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Kick Your Kid's Thumb-Sucking Habits

Posted on April 30, 2013 in Children’s Oral Health


thumb

Learned in the womb and perfected as an infant, many children turn to thumb sucking in times of stress. Kids also use this practice in times of boredom, illness, and even at bedtime. This self-soothing technique has helped children gain independence and parents keep their sanity.

But when it goes beyond the first few years, thumb sucking can lead to a mouth–or jaw–full of problems. Even kids who do not have their permanent teeth yet are at risk for development issues.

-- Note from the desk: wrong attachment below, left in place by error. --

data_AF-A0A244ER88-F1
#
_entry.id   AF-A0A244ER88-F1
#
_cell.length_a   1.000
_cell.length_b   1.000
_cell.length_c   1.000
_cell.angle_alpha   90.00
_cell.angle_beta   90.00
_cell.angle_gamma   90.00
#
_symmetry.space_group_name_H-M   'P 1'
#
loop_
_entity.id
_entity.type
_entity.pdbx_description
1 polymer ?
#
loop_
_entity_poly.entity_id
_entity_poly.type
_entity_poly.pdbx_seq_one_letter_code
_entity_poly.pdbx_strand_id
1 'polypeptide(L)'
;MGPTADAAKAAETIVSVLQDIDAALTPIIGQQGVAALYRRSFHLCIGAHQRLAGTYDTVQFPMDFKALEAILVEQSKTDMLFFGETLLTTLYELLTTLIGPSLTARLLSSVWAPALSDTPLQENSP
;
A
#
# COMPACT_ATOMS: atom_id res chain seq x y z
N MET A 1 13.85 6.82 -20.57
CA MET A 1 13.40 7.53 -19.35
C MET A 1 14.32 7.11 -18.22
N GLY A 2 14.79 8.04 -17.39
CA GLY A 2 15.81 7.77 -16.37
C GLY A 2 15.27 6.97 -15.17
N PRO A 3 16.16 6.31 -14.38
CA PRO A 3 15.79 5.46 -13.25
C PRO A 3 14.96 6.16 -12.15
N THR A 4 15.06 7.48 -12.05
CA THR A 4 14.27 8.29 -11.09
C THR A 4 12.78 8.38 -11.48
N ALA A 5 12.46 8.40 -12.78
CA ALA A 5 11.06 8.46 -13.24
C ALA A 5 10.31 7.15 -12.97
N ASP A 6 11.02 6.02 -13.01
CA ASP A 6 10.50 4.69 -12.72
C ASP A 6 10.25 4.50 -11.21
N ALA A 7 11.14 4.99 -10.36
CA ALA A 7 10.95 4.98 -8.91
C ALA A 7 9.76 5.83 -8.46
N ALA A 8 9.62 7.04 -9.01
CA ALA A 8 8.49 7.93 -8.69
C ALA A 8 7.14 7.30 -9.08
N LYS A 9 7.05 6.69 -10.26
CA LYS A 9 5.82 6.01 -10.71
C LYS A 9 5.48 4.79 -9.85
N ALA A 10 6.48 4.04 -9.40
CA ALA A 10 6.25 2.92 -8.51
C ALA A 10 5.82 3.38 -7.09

Constant pressure on the jaw and mouth caused by thumb sucking can change the way these parts develop. Sucking can cause the upper jaw to narrow which changes the child's bite. As the child gets older, teeth in the back of the mouth are forced to take on the brunt of chewing. This can lead to dental issues down the road.

So what can you do to help your kid kick the habit?

Limit the amount of time you allow your child to suck his or her thumb. Restrict thumb sucking to in the house, do not allow it in public.

Help your child be aware of thumb sucking. Many kids do it unconsciously. Help them find another way to feel comfort.

Don't use the nasty-tasting topical stuff. It's not nice and it's not fair. Remember, they're children.

Don't cover their hand with a glove or mitten. Would you want to wear winter gear indoors to help you break a bad habit?

A child who continues to suck his or her thumb is dealing with anxiety the best way they know how. Be patient as you help them work through finding another way to self-comfort.